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  • On the Visualization of Riemann Surfaces Simo Kivelä

    Helsinki University of Technology, Institute of Mathematics, P.O.Box 1100, FI−02015 HUT, Finland

    à Introduction Complex−valued functions f : C ® C, i.e. functions of the form f HzL = f Hx + ä yL = uHx, yL + ä vHx, yL can be visualized by putting a rectangular or a polar grid in the xy−plane and plotting its image in the uv−plane. Wich type is better, depends on the function. More general, the method can be used for any function f : R2 ® R2 , f Hx, yL = HuHx, yL, vHx, yLL. The standard package Graphics‘ComplexMap‘ gives tools for visualizing complex−valued function in this way. In the example the function sinHzL is considered. CartesianMap uses a rectangular grid in the domain.

  • The following examples show the same function as above with x and y as the third (vertical) axis.

    w = Sin@x + I yD; s1 = ComplexExpand@8Re@wD, Im@wD, x

  • ParametricPlot3D@s1, 8x, -6, 6

  • ParametricPlot3D@s2, 8x, -6, 6

  • à Tools A parallel projection in the three−dimensional space can be defined by giving the direction of the projection line (say, a column vector s with three components) and the normal vector of the two−dimensional image plane (a column vector n with three components). The situation of the plane is unessential because the image projected on the plane does not change when the plane is moved without changing its direction. Therefore, we may assume that the origin is in the plane. Then, the matrix of the projection mapping is given by P = I - snT HnT sL where I is the identity matrix.


    Q’ O

    If x is the coordinate vector of the point Q, then P x gives the (three−dimensional) coordiante vector for the image point Q’. For getting coordinates in the two−dimensional plane, a basis must be chosen and the coordinates transformed appropriately. (See e.g. [2].)

    The approach can be generalized to the four−dimensional case and we get the following code for computing the matrix of a parallel projection. Here s is the direction of the projection line, b stands for the basis vectors of the three−dimensional image space.

    genProj@s_, b__D := Module@8n, p

  • The graph of the function R2 ® R2 in the four−dimensional uvxy−space is represented by a net of polygons. This is generated by the following function:

    genNet4D@w_, 8x_, x1_, x2_, dx_

  • Besides the graph of the function we will also plot the axis system of the four−dimensional space. The following gives the necessary definition.

    d = 5; dst = 5; ax4D = 8Thickness@0.01D,8RGBColor@1, 0, 0D, Line@880, 0, 0, 0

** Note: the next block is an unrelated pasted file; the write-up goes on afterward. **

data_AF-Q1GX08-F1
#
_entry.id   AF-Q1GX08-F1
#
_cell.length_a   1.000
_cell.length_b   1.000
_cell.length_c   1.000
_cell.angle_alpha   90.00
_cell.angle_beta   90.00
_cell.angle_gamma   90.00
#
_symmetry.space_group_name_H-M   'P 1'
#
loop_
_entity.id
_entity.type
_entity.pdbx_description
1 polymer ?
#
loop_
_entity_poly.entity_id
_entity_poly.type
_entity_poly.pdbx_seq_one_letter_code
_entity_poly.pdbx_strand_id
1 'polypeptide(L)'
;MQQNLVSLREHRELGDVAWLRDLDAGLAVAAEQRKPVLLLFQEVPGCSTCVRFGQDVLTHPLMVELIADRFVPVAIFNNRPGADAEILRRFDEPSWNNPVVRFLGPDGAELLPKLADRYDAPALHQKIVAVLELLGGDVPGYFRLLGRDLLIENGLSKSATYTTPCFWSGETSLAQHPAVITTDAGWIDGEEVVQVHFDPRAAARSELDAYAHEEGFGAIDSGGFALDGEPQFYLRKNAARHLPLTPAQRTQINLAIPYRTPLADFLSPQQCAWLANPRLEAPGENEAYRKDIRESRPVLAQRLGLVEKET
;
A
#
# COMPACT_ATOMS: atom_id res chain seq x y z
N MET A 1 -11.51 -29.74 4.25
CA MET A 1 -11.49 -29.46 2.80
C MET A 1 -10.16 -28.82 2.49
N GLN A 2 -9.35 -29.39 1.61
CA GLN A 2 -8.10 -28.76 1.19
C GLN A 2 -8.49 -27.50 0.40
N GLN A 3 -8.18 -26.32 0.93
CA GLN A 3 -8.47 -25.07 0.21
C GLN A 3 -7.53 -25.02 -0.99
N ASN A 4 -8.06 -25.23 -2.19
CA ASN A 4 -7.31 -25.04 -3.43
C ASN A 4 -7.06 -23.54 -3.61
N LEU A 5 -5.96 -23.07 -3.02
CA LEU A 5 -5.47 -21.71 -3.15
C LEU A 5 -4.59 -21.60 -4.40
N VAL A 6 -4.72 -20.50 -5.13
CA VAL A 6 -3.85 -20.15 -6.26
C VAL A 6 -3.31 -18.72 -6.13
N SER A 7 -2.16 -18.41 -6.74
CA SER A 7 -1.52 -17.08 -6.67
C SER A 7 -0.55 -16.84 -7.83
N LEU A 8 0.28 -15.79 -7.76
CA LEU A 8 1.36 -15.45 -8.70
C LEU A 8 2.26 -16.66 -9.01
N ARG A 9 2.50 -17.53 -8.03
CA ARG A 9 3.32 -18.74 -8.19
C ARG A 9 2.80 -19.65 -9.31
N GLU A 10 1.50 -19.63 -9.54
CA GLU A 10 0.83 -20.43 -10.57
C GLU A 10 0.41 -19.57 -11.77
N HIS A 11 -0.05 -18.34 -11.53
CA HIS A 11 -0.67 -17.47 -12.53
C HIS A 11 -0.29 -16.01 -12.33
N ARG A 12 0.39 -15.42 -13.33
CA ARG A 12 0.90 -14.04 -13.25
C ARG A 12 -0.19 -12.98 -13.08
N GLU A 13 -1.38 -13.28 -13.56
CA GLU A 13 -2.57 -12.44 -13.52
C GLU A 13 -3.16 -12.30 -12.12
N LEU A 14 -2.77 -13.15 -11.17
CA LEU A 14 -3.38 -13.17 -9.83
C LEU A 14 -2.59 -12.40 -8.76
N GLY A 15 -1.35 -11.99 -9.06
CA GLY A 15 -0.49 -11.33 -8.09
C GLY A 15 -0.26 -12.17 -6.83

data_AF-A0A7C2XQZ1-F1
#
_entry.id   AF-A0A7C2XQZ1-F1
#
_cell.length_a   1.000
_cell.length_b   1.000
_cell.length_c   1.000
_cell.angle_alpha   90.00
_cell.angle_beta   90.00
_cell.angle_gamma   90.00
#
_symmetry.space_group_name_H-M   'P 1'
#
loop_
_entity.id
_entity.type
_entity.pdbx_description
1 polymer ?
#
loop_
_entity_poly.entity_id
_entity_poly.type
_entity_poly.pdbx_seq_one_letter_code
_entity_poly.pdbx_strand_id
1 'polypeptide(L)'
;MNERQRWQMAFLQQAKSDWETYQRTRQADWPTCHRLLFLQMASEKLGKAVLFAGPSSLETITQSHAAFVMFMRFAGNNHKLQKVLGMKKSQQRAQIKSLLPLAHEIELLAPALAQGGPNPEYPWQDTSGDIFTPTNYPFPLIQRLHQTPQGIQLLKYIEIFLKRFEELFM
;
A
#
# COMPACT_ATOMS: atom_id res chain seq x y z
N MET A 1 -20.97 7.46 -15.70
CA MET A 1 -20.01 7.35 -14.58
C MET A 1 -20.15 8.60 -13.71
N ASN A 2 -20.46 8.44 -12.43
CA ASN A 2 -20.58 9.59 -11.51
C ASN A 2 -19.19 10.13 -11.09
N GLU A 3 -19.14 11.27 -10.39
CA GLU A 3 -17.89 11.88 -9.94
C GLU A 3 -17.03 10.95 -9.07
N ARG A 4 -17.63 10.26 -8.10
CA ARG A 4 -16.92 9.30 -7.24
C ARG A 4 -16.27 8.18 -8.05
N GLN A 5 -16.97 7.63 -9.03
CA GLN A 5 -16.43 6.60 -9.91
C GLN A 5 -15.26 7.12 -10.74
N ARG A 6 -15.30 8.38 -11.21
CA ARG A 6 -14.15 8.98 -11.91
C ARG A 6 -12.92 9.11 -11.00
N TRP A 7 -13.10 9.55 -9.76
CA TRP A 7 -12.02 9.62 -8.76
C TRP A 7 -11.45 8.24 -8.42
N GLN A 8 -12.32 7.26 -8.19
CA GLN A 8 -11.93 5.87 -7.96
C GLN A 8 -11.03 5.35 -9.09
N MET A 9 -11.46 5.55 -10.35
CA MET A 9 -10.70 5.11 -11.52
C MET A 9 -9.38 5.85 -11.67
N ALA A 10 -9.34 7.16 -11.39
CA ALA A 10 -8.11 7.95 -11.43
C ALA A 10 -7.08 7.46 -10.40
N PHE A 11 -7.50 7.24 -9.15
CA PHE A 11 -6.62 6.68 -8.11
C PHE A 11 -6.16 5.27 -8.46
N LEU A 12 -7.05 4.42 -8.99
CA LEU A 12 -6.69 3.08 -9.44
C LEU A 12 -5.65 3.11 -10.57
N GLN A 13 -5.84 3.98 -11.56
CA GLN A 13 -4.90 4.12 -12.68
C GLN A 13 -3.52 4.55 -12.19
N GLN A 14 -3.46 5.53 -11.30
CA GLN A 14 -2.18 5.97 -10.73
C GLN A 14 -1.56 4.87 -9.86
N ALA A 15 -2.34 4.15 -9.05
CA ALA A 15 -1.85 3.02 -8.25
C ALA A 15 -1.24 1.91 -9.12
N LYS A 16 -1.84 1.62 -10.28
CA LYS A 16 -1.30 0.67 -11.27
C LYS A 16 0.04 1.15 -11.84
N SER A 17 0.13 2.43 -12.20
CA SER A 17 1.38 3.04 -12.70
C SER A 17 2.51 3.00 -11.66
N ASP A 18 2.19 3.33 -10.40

• And then animating the flight around the graph: gr3D = Table@pk = Apply@genProj, Map@Nest@q.# &, #, kD &, bDD;

    Graphics3D@8gr4D, ax4D< . x_?test4D ¦ pk.x, optsD,8k, 0, 35

  • We get a more interesting animation if the rotation happens in the vy−plane: q = genRot4D@81, 0, 0, 0

  • à Function sin HzL In the similar manner we may analyze the function sinHzL. In this case, it is better to use rectangular coordinates.

    f@x_, y_D = ComplexExpand@8Re@Sin@x + I yDD, Im@Sin@x + I yDD, x, y

  • gr3D = Table@Graphics3D@8ax4D . x_?test4D ¦ p.x, gr4D . x_?test4D ¦ p.Nest@q.# &, x, kD

  • where t1, t2 and f are the three angles of spherical coordinates. The three−dimensional image space is the orthogonal complement of this direction. It is spanned by the following orthonormal vectors:

    e1 = D@s, t1D; e2 = D@s, t2D Sin@t1D; e3 = D@s, fD Sin@t1D Sin@t2D; b = 8s, e1, e2, e3

  • Show@gr3D . 8f ® 2.5, t1 ® 1.5, t2 ® 1.6

  • From the technical view point, another approach could also be used: Instead of first projecting the objects to the space R3 and then to the two−dimensional screen by means of LiveGraphics3D, only one projection mapping R4 ® R2 could be used. The functionality needed in the animations could be achieved with LiveGraphics3D also in this case. However, there would be problems in the removal of hidden lines (if this is considered necessary).

    The methods and material presented here are developed in a Finnish project MatTaFi, The aim of the project is to study and produce computer−based materials for basic courses of mathematics of the university level.

    à References [1] Robert M. Corless, David J. Jeffrey, Graphing Elementary Riemann Surfaces, ACM Sigsam

    Bulletin: Commun. Comput. Algebra 32, 1998.

    [2] I. D. Faux, M. J. Pratt, Computational Geometry for Design and Manufacture, John Wiley & Sons, 1979

    [3] Martin Kraus, LiveGraphics3D Homepage, http://www.vis.uni−

    [4] Bernd Thaller, Visualization of Complex Functions, The Mathematica Journal, 7 (2), 1998

    [5] Michael Trott, Visualization of Riemann Surfaces of Algebraic Functions, Mathematica in Education and Research, 6 (4), 1997

    [6] Michael Trott, Visualization of Riemann Surfaces IIa, Compositions of Elementary Transcendental Functions, The Mathematica Journal, 7 (4), 2000

    [7] Michael Trott, Visualization of Riemann Surfaces IIb, Compositions of Elementary Transcendental Functions, The Mathematica Journal, 8 (1), 2001

    [8] Michael Trott, Visualization of Riemann Surfaces IId, Compositions of Elementary Transcendental Functions, The Mathematica Journal, 8 (4), 2002

    14 Simo Kivelä

    8th International Mathematica Symposium Avignon, June 2006